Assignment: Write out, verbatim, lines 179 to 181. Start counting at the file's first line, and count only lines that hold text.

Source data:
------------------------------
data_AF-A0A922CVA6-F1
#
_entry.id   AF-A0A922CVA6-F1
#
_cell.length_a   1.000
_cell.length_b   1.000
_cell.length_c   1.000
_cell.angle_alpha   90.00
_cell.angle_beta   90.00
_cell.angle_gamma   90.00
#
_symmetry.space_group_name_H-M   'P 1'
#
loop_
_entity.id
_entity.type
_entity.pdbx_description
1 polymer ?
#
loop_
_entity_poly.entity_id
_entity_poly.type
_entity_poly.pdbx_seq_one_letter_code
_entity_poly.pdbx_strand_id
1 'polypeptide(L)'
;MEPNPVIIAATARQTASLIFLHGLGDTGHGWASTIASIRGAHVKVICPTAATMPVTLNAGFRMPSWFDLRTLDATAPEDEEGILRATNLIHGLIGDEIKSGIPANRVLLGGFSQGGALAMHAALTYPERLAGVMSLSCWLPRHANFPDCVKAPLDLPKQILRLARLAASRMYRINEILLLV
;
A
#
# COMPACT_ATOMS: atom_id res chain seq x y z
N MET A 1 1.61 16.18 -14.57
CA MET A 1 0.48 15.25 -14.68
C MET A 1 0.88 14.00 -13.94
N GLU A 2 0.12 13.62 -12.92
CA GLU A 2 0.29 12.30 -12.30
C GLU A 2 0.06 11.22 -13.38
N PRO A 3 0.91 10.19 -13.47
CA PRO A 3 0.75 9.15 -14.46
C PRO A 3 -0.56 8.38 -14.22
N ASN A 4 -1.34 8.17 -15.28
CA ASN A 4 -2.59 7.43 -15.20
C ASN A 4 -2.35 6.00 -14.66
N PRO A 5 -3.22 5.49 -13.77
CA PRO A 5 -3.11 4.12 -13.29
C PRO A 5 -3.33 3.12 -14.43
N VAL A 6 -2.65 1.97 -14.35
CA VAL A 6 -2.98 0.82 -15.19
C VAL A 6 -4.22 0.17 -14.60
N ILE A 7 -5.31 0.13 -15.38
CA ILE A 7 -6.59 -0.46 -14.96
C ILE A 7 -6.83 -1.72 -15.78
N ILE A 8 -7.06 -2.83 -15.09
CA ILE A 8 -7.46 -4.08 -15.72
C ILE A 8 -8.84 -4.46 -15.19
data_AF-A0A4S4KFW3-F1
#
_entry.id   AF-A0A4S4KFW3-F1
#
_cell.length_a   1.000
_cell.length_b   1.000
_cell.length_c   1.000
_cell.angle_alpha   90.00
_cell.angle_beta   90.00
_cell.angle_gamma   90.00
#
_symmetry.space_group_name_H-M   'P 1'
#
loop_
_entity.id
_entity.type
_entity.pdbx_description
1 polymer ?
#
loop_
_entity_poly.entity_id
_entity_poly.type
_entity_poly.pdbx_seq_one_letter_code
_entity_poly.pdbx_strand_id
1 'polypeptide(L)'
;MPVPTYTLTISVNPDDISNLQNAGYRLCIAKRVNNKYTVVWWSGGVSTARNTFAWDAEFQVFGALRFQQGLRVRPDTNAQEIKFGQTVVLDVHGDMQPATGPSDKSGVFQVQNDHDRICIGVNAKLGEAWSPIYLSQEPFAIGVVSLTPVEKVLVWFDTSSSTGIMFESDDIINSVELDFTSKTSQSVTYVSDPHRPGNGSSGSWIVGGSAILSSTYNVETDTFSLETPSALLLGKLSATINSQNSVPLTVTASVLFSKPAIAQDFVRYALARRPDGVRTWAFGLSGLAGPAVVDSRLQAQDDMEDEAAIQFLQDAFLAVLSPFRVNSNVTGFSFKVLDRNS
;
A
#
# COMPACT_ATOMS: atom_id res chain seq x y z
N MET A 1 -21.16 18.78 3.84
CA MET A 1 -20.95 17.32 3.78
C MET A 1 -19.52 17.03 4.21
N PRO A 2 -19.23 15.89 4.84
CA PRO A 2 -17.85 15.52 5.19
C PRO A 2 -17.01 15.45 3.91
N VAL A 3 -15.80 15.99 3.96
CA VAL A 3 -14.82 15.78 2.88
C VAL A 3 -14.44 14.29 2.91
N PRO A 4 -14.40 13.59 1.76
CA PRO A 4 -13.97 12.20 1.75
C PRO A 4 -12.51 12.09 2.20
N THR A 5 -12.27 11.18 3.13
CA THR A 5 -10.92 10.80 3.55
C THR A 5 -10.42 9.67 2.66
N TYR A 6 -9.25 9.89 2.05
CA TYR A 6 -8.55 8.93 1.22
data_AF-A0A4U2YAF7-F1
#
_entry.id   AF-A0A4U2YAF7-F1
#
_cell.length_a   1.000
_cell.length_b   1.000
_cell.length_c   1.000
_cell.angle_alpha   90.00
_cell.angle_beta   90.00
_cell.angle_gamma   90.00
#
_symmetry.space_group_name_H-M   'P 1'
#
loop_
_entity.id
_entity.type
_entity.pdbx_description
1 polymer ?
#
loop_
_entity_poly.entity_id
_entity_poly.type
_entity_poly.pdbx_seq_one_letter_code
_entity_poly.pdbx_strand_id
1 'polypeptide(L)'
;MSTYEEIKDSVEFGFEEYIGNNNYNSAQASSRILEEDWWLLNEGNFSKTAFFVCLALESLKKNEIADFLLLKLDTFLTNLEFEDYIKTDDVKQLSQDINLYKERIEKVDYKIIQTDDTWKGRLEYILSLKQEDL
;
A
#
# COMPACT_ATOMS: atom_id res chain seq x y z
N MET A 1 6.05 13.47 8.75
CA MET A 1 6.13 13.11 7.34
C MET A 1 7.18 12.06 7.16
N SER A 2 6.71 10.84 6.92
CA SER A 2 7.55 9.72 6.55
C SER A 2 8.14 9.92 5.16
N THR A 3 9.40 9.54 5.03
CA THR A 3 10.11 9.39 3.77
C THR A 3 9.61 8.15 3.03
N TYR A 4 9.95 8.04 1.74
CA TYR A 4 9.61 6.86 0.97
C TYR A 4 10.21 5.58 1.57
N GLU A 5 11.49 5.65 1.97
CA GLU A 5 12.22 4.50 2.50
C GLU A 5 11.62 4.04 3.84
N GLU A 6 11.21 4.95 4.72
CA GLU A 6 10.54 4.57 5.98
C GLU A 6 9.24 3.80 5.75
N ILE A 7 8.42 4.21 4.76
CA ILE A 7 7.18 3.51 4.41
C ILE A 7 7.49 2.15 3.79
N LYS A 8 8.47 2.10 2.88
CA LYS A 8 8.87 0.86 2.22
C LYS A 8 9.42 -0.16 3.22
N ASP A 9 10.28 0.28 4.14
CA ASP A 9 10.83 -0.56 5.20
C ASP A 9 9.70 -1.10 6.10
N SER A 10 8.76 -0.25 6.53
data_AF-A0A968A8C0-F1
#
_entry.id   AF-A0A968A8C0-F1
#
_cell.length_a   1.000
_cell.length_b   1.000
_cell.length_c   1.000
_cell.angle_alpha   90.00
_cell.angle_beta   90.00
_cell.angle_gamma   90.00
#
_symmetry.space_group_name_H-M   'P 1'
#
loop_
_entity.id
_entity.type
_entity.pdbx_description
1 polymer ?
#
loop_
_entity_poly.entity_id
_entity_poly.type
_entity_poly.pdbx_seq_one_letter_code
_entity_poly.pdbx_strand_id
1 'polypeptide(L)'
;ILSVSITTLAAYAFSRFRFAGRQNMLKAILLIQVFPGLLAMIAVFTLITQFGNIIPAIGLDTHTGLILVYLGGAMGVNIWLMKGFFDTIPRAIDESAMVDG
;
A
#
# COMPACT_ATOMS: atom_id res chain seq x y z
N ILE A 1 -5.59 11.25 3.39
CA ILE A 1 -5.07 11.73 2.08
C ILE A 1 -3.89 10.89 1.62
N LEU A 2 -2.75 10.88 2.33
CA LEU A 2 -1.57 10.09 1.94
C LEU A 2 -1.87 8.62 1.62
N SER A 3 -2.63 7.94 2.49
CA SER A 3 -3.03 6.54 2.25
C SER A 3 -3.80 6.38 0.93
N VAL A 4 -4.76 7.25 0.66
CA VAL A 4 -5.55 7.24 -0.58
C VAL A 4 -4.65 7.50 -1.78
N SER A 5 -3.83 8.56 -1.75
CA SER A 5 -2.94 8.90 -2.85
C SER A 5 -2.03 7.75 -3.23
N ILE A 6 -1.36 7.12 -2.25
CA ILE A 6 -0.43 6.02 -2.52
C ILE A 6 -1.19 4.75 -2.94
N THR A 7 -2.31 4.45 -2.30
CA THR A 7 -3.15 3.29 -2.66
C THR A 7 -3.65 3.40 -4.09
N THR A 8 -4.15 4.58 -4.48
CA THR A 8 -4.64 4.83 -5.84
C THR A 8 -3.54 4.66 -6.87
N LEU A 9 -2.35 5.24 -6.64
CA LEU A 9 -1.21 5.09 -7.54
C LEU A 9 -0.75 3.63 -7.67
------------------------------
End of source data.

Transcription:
loop_
_entity_poly.entity_id
_entity_poly.type